Biometric technologies have been used to identify and authenticate an individual based on a set of identifiable and verifiable data unique to the individual. However, few biometric technologies till recently have evoked a sense of awe, and at the same time, raised profound concern and reactions in the Life Insurance industry as Facial Analytics.
Facial Analytics (FA) – a part of biometrics – is a technology capable of identifying people from their digital image. It is part of emerging science and advanced analytics that leverages image processing technologies, AI and big data to analyze a person`s image and derive valuable information that can be used for accurate decision-making. Today from a selfie, FA can examine hundreds of points and thousands of regions on the face from which it is not only possible to estimate Age, BMI and Gender, but also detect diseases and predict longevity!
Let’s explore the areas of application of this technology in the Life Insurance value chain:
Changing the face of underwriting
In the traditional risk assessment method, a life insurer’s standardized questionnaire provided adequate information. They also gather other data with your permission to get insight beyond the information you supply on the application to ensure that the risk selection was not adverse.
Underwriting based on a selfie, coupled with a scientifically formulated reflexive questionnaire predicting accurate life expectancy and minimizing adverse selection, would be more effective than the current techniques of risk assessment. It considers data and factors that are more predictive about an individual’s future health and longevity.
Enhancing customer engagement and experience
Today’s customer is looking for ease and agility while not compromising on the quality of the experience. Facial analytics with the ability to speed up quoting and issuing process for the consumer, while also providing an element of gamification, creates streamlined onboarding experience with a very quick turnaround time (From Prospect to Policyholder in minutes – now compared to weeks earlier). This is an innovative way for the insurance company to engage with their policy holders and create a memorable experience.
Potential fraud detection tool
FA understands every multi-layered element within images and videos in the same way as humans do. But what is fascinating is that it will soon take facial recognition to a new level by being able to detect emotions – more specifically suspicious behavior. This has the power to transform the way insurance companies process claims, assessing their validity more scientifically and accurately than ever before.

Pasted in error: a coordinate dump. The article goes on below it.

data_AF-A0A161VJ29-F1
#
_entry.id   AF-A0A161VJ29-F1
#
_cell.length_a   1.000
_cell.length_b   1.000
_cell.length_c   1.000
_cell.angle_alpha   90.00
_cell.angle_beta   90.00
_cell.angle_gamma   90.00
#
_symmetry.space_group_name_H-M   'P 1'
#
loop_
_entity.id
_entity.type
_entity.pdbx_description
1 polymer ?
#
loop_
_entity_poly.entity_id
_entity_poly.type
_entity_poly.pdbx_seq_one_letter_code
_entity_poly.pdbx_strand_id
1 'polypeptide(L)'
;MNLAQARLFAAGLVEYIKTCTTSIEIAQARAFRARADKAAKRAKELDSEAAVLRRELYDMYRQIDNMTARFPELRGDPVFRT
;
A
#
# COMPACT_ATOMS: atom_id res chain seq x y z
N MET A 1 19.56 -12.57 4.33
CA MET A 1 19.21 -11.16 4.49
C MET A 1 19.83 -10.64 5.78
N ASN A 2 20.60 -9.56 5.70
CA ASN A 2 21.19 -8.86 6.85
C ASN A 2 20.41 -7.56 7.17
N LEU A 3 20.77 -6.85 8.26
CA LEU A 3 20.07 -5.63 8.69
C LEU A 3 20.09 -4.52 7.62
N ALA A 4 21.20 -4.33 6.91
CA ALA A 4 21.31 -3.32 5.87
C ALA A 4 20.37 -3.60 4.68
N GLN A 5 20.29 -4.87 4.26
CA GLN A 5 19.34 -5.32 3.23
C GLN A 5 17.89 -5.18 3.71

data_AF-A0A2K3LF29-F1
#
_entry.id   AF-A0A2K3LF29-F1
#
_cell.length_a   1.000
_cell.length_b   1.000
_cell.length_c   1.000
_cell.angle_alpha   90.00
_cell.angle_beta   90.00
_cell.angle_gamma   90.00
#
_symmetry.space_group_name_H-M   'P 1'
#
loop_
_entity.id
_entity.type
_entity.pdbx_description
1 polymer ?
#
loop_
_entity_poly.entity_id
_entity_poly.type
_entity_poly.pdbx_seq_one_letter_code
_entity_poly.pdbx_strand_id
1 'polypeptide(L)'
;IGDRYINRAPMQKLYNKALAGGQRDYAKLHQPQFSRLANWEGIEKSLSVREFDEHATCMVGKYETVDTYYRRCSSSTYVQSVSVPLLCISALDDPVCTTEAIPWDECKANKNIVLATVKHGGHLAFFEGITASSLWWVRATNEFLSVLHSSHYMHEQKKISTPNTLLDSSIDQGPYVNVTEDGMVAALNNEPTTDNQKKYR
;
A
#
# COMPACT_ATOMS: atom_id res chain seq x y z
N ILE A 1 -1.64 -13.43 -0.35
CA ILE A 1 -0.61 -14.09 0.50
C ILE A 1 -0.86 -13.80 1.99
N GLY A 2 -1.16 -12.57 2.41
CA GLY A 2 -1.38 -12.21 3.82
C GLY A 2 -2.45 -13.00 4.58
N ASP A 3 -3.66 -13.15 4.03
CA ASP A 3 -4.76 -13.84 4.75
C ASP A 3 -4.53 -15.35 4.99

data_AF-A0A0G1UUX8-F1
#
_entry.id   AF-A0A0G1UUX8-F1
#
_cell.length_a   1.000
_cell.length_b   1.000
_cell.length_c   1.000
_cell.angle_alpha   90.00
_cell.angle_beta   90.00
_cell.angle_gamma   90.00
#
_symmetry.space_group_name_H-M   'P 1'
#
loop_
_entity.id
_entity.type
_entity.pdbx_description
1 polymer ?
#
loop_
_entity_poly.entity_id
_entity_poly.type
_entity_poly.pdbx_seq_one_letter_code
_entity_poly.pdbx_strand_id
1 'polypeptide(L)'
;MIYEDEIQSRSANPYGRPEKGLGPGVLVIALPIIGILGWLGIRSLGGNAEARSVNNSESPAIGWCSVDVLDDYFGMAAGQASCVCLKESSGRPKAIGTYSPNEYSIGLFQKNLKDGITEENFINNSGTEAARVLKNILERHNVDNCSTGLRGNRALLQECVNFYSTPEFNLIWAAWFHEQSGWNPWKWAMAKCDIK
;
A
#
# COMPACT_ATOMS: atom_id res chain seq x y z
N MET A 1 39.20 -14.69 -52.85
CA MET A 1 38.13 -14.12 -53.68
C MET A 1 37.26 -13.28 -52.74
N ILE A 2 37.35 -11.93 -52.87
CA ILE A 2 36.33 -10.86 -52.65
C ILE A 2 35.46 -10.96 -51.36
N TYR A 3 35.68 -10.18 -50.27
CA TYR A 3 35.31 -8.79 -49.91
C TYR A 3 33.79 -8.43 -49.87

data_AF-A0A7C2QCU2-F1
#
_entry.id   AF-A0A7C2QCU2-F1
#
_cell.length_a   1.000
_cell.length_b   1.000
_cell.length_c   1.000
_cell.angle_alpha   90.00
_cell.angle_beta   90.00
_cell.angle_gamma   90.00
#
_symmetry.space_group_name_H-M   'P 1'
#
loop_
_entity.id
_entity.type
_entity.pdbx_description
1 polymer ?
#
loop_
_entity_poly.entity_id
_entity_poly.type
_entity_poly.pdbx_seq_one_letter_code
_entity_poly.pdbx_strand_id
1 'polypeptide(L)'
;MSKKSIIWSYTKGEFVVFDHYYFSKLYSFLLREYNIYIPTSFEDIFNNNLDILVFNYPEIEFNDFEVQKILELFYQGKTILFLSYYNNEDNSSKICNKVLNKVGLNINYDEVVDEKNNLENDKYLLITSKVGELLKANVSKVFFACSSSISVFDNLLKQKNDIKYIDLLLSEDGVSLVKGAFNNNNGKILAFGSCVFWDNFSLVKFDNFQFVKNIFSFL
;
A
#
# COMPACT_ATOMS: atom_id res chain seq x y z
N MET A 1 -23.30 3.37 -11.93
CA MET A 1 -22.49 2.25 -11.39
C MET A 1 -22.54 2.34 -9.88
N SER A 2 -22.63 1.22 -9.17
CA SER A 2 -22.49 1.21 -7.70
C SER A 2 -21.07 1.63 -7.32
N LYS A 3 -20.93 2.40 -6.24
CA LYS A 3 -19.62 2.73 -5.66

Systems can analyze individual response and micro-emotion reactions to the question, and deliver an assessment of their veracity to the insurer instantly, so that suspicious claimants can be flagged for further investigation.
However, facial analytics technology today is far from perfect, there are real and valid concerns regarding its accuracy, bias, privacy, and how the technology can be derailed.
In fact, a study done by MIT researchers uncovered much higher error rates in classifying the gender of darker-skinned women than for lighter-skinned men, which has cast a shadow on its effectivity. Another significant flaw that could derail this technology is that while it can detect when makeup has been used to cover up the signs of aging, it cannot currently detect evidence of plastic surgery.
Data privacy and regulations
Also, the technology creates a novel challenge regarding privacy. FA systems store data as complete facial image or as facial template which are considered as biometric data and thus personally identifiable information. The concept that a selfie can reveal private health information is relatively new, and privacy regulations and practices are yet to catch up.
Countries like Europe and the UK have GDPR protecting the privacy rights of the consumers. Many states in the US have regulations that limit uses for which consumer biometric data can be collected and the prominent among them – the California Consumer Privacy Act (CCPA) effective from January 1, 2020 – is widely regarded as a model for a federal data privacy law.
The way ahead
Despite these concerns, FA is set to revolutionize the life Insurance industry through faster and more accurate risk selection. This would lead to more realistic premiums, prevention of fraudulent claims, lower costs overall for customers, and in turn a better bottom line for life insurance firms.
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